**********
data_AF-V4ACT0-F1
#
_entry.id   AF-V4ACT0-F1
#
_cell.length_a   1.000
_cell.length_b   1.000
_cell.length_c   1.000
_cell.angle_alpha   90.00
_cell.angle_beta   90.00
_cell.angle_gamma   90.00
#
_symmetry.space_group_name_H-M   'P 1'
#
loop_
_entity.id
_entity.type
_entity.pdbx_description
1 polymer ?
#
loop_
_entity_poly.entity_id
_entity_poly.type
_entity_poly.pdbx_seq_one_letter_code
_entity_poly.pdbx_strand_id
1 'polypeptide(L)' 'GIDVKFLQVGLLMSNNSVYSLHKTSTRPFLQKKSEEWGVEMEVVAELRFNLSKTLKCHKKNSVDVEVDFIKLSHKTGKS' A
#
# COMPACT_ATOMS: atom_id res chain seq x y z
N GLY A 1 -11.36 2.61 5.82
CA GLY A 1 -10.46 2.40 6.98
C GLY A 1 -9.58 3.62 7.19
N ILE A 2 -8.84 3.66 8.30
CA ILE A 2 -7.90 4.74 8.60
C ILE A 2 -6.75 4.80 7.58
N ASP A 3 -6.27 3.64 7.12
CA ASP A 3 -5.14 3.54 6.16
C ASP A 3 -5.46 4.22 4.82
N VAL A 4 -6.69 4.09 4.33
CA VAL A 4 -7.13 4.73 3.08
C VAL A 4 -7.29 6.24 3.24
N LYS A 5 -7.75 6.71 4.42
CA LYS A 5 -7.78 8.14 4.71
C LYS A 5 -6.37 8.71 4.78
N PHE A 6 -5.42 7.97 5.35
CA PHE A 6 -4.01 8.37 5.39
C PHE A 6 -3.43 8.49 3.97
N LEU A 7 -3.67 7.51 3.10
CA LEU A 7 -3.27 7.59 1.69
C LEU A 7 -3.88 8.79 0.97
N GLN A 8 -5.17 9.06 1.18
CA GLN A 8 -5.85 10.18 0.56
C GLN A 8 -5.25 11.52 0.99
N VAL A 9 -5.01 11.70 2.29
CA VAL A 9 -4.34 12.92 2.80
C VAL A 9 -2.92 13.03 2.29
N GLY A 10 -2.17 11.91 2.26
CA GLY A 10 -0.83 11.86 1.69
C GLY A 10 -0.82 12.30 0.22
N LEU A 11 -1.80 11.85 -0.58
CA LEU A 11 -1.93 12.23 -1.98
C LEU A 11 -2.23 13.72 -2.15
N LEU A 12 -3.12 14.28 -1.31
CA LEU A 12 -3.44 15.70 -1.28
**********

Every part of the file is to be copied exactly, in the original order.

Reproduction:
data_AF-V4ACT0-F1
#
_entry.id   AF-V4ACT0-F1
#
_cell.length_a   1.000
_cell.length_b   1.000
_cell.length_c   1.000
_cell.angle_alpha   90.00
_cell.angle_beta   90.00
_cell.angle_gamma   90.00
#
_symmetry.space_group_name_H-M   'P 1'
#
loop_
_entity.id
_entity.type
_entity.pdbx_description
1 polymer ?
#
loop_
_entity_poly.entity_id
_entity_poly.type
_entity_poly.pdbx_seq_one_letter_code
_entity_poly.pdbx_strand_id
1 'polypeptide(L)' 'GIDVKFLQVGLLMSNNSVYSLHKTSTRPFLQKKSEEWGVEMEVVAELRFNLSKTLKCHKKNSVDVEVDFIKLSHKTGKS' A
#
# COMPACT_ATOMS: atom_id res chain seq x y z
N GLY A 1 -11.36 2.61 5.82
CA GLY A 1 -10.46 2.40 6.98
C GLY A 1 -9.58 3.62 7.19
N ILE A 2 -8.84 3.66 8.30
CA ILE A 2 -7.90 4.74 8.60
C ILE A 2 -6.75 4.80 7.58
N ASP A 3 -6.27 3.64 7.12
CA ASP A 3 -5.14 3.54 6.16
C ASP A 3 -5.46 4.22 4.82
N VAL A 4 -6.69 4.09 4.33
CA VAL A 4 -7.13 4.73 3.08
C VAL A 4 -7.29 6.24 3.24
N LYS A 5 -7.75 6.71 4.42
CA LYS A 5 -7.78 8.14 4.71
C LYS A 5 -6.37 8.71 4.78
N PHE A 6 -5.42 7.97 5.35
CA PHE A 6 -4.01 8.37 5.39
C PHE A 6 -3.43 8.49 3.97
N LEU A 7 -3.67 7.51 3.10
CA LEU A 7 -3.27 7.59 1.69
C LEU A 7 -3.88 8.79 0.97
N GLN A 8 -5.17 9.06 1.18
CA GLN A 8 -5.85 10.18 0.56
C GLN A 8 -5.25 11.52 0.99
N VAL A 9 -5.01 11.70 2.29
CA VAL A 9 -4.34 12.92 2.80
C VAL A 9 -2.92 13.03 2.29
N GLY A 10 -2.17 11.91 2.26
CA GLY A 10 -0.83 11.86 1.69
C GLY A 10 -0.82 12.30 0.22
N LEU A 11 -1.80 11.85 -0.58
CA LEU A 11 -1.93 12.23 -1.98
C LEU A 11 -2.23 13.72 -2.15
N LEU A 12 -3.12 14.28 -1.31
CA LEU A 12 -3.44 15.70 -1.28